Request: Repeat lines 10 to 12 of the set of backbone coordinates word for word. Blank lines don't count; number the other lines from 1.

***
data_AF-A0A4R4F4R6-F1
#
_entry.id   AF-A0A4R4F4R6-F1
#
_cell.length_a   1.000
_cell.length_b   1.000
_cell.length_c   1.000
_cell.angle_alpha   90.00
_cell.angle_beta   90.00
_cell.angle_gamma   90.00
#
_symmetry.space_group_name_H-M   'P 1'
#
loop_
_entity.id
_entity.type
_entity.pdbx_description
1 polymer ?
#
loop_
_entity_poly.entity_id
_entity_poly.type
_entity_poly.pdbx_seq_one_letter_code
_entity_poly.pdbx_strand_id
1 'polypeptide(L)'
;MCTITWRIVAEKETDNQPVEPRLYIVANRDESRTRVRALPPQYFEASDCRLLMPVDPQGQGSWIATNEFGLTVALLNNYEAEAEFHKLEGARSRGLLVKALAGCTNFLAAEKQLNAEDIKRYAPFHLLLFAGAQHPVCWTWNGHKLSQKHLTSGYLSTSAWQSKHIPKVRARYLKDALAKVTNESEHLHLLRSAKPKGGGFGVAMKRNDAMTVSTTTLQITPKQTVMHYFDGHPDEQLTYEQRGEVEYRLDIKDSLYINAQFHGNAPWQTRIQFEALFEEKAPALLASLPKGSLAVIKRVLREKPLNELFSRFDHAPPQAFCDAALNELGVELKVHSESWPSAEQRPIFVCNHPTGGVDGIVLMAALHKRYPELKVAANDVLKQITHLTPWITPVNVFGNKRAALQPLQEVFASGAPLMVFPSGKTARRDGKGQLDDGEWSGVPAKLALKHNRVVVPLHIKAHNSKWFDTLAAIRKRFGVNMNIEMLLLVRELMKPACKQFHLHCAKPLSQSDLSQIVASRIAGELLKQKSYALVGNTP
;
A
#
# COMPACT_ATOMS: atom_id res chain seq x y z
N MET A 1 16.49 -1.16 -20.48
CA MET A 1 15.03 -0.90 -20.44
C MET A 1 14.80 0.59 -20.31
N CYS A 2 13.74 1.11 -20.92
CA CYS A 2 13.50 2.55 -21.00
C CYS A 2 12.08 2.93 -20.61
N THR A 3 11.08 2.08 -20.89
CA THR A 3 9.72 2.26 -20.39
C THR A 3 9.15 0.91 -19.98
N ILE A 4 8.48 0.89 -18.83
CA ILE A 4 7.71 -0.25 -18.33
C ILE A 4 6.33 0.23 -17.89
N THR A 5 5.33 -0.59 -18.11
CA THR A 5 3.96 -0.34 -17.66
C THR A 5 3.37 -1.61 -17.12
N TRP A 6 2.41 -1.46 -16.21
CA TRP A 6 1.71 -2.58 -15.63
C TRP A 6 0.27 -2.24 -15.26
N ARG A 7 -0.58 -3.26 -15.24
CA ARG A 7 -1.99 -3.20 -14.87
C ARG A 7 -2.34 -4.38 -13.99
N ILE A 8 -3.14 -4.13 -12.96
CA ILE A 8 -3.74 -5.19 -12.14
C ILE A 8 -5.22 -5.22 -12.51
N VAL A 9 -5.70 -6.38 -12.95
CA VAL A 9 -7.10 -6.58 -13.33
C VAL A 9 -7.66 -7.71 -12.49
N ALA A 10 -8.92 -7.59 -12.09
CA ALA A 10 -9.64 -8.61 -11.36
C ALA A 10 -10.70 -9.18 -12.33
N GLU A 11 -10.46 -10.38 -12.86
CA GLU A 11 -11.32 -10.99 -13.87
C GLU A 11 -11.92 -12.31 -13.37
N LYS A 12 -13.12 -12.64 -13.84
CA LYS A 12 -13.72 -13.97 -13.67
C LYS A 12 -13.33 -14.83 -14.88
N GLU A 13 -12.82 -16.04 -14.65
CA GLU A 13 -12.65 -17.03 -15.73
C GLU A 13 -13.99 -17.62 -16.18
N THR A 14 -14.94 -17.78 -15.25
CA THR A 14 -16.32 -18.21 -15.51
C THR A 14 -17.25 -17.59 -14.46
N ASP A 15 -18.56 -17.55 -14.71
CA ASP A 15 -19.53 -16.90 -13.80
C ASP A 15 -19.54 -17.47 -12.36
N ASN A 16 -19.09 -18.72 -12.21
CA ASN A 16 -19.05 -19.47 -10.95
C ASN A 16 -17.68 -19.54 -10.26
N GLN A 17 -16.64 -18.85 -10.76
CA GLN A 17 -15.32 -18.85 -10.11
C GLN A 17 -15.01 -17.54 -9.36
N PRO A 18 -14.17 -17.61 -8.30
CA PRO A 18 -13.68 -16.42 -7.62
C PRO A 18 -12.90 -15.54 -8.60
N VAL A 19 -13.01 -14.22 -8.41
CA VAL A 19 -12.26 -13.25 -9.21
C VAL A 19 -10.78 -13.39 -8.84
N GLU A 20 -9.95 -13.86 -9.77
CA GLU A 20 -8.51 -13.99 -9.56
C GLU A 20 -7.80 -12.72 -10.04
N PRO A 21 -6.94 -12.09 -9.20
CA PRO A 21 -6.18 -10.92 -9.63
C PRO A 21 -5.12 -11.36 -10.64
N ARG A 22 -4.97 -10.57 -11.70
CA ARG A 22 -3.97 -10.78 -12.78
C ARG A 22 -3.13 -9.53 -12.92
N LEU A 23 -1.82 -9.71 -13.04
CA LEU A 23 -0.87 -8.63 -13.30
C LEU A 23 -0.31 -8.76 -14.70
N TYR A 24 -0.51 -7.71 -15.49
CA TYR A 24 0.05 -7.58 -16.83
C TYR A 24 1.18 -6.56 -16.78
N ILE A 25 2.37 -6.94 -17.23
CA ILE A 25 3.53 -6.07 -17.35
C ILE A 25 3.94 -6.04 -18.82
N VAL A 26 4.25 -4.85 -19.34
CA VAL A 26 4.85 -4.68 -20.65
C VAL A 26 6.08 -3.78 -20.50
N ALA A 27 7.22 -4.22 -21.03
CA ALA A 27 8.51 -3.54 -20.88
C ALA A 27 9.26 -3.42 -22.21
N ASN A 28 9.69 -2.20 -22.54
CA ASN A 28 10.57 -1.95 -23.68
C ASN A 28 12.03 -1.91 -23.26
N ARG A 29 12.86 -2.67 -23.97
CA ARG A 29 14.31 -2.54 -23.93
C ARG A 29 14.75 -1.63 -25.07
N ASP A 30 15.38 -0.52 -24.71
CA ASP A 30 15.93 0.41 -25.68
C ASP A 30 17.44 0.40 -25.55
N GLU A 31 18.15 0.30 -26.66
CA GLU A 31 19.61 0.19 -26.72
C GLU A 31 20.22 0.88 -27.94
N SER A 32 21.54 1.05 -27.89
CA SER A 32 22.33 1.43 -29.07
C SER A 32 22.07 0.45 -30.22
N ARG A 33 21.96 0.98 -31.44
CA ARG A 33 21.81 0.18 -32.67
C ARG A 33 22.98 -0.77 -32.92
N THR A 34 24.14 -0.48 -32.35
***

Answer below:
_cell.angle_gamma   90.00
#
_symmetry.space_group_name_H-M   'P 1'